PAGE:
August 20, 2008

What's a Book Worth?

So for the past week, I was watching this interesting item on eBay: A lovely, 750-copy limited edition reprint of William Allan's The Army of Northen Virginia in 1862. I didn't win and as you can see, the book sold for $113.50. My maximum bid wasn't anywhere near that high because I noticed that there are three identical copies currently for sale on ABE, all with asking prices at $75.

Am I missing something here? This clearly illustrates that any item is worth whatever someone is willing to pay. I'm not willing to shell out $113.50 when I can get the same item elsewhere for $75. On the other hand, perhaps Mr. Krick's signature commands a premium.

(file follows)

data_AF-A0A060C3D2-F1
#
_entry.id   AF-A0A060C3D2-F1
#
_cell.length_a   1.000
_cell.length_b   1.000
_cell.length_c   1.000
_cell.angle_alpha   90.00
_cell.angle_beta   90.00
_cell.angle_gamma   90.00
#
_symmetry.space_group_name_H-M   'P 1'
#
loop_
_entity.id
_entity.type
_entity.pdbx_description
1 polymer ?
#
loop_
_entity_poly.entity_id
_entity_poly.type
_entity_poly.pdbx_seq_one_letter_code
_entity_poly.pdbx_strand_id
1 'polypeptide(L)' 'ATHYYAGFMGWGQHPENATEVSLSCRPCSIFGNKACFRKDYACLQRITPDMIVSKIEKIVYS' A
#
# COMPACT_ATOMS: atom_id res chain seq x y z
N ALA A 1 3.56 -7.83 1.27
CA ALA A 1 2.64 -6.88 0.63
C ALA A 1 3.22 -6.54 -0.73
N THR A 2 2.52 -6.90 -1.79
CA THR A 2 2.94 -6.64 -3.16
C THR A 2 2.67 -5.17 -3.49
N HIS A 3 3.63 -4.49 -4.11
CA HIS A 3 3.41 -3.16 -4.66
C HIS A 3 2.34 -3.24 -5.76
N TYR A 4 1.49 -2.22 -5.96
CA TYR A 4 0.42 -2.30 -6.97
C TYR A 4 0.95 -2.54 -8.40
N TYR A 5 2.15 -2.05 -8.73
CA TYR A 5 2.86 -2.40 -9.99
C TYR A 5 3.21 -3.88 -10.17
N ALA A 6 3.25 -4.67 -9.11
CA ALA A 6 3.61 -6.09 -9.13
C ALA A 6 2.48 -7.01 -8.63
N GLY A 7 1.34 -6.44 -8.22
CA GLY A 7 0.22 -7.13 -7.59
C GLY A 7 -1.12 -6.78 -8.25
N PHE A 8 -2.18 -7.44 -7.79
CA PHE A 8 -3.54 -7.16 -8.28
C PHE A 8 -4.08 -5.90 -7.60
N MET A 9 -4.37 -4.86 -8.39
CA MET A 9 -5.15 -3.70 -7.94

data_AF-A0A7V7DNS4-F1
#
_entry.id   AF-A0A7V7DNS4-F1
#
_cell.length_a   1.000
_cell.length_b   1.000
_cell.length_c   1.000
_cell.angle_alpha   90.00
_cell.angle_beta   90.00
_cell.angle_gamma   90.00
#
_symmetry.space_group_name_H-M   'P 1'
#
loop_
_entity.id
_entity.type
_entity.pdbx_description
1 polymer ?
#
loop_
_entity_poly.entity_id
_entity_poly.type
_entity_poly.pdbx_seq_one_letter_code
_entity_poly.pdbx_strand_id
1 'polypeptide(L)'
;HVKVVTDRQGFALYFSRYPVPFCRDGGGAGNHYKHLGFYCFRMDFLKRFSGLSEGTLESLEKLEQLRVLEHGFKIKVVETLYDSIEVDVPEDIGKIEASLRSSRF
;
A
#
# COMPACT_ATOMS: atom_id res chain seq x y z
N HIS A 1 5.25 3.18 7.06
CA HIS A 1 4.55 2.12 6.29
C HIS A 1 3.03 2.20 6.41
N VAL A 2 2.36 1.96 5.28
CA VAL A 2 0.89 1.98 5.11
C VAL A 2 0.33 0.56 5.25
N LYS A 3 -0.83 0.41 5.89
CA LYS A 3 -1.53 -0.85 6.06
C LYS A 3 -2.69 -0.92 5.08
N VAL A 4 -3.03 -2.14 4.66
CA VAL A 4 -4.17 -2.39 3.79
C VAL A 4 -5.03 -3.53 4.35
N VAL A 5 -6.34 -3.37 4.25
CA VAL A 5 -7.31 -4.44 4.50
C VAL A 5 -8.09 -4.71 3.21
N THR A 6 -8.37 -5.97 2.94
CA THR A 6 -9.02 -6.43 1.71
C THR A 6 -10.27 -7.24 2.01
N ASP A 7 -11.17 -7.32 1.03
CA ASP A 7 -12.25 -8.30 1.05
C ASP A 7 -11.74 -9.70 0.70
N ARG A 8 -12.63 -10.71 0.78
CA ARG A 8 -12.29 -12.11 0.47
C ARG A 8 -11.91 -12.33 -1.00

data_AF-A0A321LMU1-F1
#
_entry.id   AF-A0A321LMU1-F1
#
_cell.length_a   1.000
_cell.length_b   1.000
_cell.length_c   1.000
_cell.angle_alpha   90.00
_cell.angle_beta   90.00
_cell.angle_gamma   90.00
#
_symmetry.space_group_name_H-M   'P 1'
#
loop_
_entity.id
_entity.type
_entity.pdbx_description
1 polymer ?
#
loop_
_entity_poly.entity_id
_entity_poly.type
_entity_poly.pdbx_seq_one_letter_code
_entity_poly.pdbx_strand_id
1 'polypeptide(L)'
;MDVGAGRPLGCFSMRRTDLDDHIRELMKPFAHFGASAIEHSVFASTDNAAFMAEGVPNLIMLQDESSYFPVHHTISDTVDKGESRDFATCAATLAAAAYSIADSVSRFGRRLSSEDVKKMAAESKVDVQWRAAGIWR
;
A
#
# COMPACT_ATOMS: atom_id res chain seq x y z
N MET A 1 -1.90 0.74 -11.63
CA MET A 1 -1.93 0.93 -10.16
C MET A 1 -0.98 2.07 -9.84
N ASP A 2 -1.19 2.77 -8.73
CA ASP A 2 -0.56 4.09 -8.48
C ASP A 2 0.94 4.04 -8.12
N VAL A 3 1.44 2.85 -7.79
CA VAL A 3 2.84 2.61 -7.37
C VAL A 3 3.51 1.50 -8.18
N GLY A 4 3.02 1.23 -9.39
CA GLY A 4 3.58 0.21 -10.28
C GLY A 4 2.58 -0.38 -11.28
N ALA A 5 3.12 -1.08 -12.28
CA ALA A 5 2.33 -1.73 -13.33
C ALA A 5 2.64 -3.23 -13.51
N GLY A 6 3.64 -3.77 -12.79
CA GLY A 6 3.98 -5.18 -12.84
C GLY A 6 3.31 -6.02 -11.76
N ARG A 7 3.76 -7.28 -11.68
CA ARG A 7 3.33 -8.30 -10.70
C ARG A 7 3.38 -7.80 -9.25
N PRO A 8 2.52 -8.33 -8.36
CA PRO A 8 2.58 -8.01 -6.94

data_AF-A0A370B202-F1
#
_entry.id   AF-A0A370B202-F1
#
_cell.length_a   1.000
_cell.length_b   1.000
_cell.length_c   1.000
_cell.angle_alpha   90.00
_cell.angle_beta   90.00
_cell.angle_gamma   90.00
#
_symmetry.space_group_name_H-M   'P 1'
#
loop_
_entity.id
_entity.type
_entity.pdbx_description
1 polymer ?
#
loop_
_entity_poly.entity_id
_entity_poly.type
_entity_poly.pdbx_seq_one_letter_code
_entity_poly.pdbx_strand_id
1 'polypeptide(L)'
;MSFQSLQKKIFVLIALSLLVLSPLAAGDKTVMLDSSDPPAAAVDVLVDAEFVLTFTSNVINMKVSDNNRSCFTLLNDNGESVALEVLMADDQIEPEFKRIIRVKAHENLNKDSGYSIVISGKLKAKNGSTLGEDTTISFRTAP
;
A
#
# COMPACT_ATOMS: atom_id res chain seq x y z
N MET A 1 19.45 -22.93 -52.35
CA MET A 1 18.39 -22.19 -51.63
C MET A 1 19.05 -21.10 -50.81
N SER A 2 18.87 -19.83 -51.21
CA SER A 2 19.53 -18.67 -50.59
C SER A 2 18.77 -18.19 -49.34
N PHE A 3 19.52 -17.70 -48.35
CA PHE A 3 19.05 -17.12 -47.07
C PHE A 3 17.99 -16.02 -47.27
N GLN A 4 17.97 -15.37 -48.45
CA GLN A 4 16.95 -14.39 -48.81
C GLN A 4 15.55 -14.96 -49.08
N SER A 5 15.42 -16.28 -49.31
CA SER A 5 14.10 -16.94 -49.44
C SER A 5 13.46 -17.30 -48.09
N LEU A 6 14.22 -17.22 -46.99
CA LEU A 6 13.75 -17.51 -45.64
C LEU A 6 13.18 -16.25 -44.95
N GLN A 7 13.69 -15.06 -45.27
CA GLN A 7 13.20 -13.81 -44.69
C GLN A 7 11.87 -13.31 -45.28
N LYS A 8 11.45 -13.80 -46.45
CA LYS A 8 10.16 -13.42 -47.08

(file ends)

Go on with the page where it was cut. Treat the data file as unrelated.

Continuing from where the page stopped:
It also appears here that an 1892 first edition, rebound in quarter blue leather with blue cloth over boards, sold for $266 on eBay several weeks ago.

Nevins describes the book as "an early balanced documented study in detail of the operations of Lee's army in the year 1862." Allan served as a colonel and chief ordnance officer for generals Jackson, Ewell, and Early in the Army of Northern Virginia. He was referred to by a colleague as "the most competent man for all sorts of work I ever saw." Allan passed away in 1889, making this book a posthumous publication.


Francis Rose said...

I think it's a phenomenon known as "auction fever." There are folks out there who just don't know about these other resources, and they HAVE TO HAVE IT. It only takes two people to drive prices up like this, and usually that's all there are competing at the end.

Francis Rose

Paul Taylor said...

Good point Francis. I admit that I, too, have on occasion been caught up in the frenzy and probably ended up overbidding.